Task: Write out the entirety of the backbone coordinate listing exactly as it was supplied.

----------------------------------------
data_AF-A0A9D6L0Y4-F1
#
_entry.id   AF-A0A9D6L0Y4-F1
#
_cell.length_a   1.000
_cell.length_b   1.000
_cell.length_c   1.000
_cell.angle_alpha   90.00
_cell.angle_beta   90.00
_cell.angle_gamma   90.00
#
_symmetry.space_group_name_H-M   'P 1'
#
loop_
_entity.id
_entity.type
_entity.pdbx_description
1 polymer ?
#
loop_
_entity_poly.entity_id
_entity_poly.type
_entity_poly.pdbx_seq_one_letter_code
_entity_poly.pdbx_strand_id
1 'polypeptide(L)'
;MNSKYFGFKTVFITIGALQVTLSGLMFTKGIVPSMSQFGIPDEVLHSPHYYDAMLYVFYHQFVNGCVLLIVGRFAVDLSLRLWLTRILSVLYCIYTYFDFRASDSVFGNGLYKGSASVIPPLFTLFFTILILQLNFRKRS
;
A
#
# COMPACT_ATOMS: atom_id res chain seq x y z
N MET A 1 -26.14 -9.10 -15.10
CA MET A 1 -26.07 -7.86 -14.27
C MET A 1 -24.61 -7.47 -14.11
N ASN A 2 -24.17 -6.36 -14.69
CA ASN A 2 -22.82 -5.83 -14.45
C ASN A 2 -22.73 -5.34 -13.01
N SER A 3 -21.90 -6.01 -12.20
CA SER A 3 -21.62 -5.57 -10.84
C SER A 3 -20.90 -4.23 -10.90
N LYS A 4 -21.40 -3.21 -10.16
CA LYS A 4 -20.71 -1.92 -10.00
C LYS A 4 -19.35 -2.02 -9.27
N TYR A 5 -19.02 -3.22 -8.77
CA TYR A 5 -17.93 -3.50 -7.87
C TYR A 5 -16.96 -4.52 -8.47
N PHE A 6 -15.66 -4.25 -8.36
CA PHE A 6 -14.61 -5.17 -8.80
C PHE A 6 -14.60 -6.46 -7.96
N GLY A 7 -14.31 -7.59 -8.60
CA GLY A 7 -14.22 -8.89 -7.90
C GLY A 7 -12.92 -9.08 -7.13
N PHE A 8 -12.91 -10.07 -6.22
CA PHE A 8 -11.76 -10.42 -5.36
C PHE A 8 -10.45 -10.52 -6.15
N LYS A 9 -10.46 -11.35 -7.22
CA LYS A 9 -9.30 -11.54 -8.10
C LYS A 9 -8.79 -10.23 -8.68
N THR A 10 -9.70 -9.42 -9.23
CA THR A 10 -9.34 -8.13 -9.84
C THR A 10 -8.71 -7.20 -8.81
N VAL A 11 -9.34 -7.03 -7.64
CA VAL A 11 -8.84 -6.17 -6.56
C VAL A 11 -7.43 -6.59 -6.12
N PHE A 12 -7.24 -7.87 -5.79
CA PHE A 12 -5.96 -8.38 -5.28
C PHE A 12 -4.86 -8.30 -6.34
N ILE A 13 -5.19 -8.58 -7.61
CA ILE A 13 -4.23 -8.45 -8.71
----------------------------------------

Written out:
data_AF-A0A9D6L0Y4-F1
#
_entry.id   AF-A0A9D6L0Y4-F1
#
_cell.length_a   1.000
_cell.length_b   1.000
_cell.length_c   1.000
_cell.angle_alpha   90.00
_cell.angle_beta   90.00
_cell.angle_gamma   90.00
#
_symmetry.space_group_name_H-M   'P 1'
#
loop_
_entity.id
_entity.type
_entity.pdbx_description
1 polymer ?
#
loop_
_entity_poly.entity_id
_entity_poly.type
_entity_poly.pdbx_seq_one_letter_code
_entity_poly.pdbx_strand_id
1 'polypeptide(L)'
;MNSKYFGFKTVFITIGALQVTLSGLMFTKGIVPSMSQFGIPDEVLHSPHYYDAMLYVFYHQFVNGCVLLIVGRFAVDLSLRLWLTRILSVLYCIYTYFDFRASDSVFGNGLYKGSASVIPPLFTLFFTILILQLNFRKRS
;
A
#
# COMPACT_ATOMS: atom_id res chain seq x y z
N MET A 1 -26.14 -9.10 -15.10
CA MET A 1 -26.07 -7.86 -14.27
C MET A 1 -24.61 -7.47 -14.11
N ASN A 2 -24.17 -6.36 -14.69
CA ASN A 2 -22.82 -5.83 -14.45
C ASN A 2 -22.73 -5.34 -13.01
N SER A 3 -21.90 -6.01 -12.20
CA SER A 3 -21.62 -5.57 -10.84
C SER A 3 -20.90 -4.23 -10.90
N LYS A 4 -21.40 -3.21 -10.16
CA LYS A 4 -20.71 -1.92 -10.00
C LYS A 4 -19.35 -2.02 -9.27
N TYR A 5 -19.02 -3.22 -8.77
CA TYR A 5 -17.93 -3.50 -7.87
C TYR A 5 -16.96 -4.52 -8.47
N PHE A 6 -15.66 -4.25 -8.36
CA PHE A 6 -14.61 -5.17 -8.80
C PHE A 6 -14.60 -6.46 -7.96
N GLY A 7 -14.31 -7.59 -8.60
CA GLY A 7 -14.22 -8.89 -7.90
C GLY A 7 -12.92 -9.08 -7.13
N PHE A 8 -12.91 -10.07 -6.22
CA PHE A 8 -11.76 -10.42 -5.36
C PHE A 8 -10.45 -10.52 -6.15
N LYS A 9 -10.46 -11.35 -7.22
CA LYS A 9 -9.30 -11.54 -8.10
C LYS A 9 -8.79 -10.23 -8.68
N THR A 10 -9.70 -9.42 -9.23
CA THR A 10 -9.34 -8.13 -9.84
C THR A 10 -8.71 -7.20 -8.81
N VAL A 11 -9.34 -7.03 -7.64
CA VAL A 11 -8.84 -6.17 -6.56
C VAL A 11 -7.43 -6.59 -6.12
N PHE A 12 -7.24 -7.87 -5.79
CA PHE A 12 -5.96 -8.38 -5.28
C PHE A 12 -4.86 -8.30 -6.34
N ILE A 13 -5.19 -8.58 -7.61
CA ILE A 13 -4.23 -8.45 -8.71